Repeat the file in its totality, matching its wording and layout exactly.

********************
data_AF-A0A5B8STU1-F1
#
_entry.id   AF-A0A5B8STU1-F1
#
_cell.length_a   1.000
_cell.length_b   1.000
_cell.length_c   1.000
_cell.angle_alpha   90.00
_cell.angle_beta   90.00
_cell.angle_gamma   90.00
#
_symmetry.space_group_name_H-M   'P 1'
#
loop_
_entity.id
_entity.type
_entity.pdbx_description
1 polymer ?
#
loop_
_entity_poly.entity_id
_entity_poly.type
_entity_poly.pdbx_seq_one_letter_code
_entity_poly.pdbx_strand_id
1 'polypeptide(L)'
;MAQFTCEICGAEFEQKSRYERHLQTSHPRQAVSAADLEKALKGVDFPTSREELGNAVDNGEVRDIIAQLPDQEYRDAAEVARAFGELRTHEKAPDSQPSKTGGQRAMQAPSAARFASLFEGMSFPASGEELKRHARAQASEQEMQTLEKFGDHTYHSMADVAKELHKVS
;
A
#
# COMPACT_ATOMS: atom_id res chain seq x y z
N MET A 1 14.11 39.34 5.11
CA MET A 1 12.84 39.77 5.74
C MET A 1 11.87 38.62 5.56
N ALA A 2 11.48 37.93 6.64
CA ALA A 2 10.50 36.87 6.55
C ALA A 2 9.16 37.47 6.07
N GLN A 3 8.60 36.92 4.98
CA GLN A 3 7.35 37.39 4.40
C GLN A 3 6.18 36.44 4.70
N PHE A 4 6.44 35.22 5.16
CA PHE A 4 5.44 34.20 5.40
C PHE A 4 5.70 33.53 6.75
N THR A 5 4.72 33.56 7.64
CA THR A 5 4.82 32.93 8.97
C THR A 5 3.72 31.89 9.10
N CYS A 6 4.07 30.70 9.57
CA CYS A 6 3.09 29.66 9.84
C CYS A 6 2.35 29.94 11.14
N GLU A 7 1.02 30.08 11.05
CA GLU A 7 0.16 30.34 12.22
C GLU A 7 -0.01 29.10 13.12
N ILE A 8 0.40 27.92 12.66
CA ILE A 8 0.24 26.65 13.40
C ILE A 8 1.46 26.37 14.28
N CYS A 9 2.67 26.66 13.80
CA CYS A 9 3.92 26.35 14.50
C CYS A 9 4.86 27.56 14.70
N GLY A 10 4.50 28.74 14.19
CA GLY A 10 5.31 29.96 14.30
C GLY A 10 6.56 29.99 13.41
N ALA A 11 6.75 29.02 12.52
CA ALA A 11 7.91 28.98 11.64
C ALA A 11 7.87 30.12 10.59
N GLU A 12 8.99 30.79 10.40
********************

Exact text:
data_AF-A0A5B8STU1-F1
#
_entry.id   AF-A0A5B8STU1-F1
#
_cell.length_a   1.000
_cell.length_b   1.000
_cell.length_c   1.000
_cell.angle_alpha   90.00
_cell.angle_beta   90.00
_cell.angle_gamma   90.00
#
_symmetry.space_group_name_H-M   'P 1'
#
loop_
_entity.id
_entity.type
_entity.pdbx_description
1 polymer ?
#
loop_
_entity_poly.entity_id
_entity_poly.type
_entity_poly.pdbx_seq_one_letter_code
_entity_poly.pdbx_strand_id
1 'polypeptide(L)'
;MAQFTCEICGAEFEQKSRYERHLQTSHPRQAVSAADLEKALKGVDFPTSREELGNAVDNGEVRDIIAQLPDQEYRDAAEVARAFGELRTHEKAPDSQPSKTGGQRAMQAPSAARFASLFEGMSFPASGEELKRHARAQASEQEMQTLEKFGDHTYHSMADVAKELHKVS
;
A
#
# COMPACT_ATOMS: atom_id res chain seq x y z
N MET A 1 14.11 39.34 5.11
CA MET A 1 12.84 39.77 5.74
C MET A 1 11.87 38.62 5.56
N ALA A 2 11.48 37.93 6.64
CA ALA A 2 10.50 36.87 6.55
C ALA A 2 9.16 37.47 6.07
N GLN A 3 8.60 36.92 4.98
CA GLN A 3 7.35 37.39 4.40
C GLN A 3 6.18 36.44 4.70
N PHE A 4 6.44 35.22 5.16
CA PHE A 4 5.44 34.20 5.40
C PHE A 4 5.70 33.53 6.75
N THR A 5 4.72 33.56 7.64
CA THR A 5 4.82 32.93 8.97
C THR A 5 3.72 31.89 9.10
N CYS A 6 4.07 30.70 9.57
CA CYS A 6 3.09 29.66 9.84
C CYS A 6 2.35 29.94 11.14
N GLU A 7 1.02 30.08 11.05
CA GLU A 7 0.16 30.34 12.22
C GLU A 7 -0.01 29.10 13.12
N ILE A 8 0.40 27.92 12.66
CA ILE A 8 0.24 26.65 13.40
C ILE A 8 1.46 26.37 14.28
N CYS A 9 2.67 26.66 13.80
CA CYS A 9 3.92 26.35 14.50
C CYS A 9 4.86 27.56 14.70
N GLY A 10 4.50 28.74 14.19
CA GLY A 10 5.31 29.96 14.30
C GLY A 10 6.56 29.99 13.41
N ALA A 11 6.75 29.02 12.52
CA ALA A 11 7.91 28.98 11.64
C ALA A 11 7.87 30.12 10.59
N GLU A 12 8.99 30.79 10.40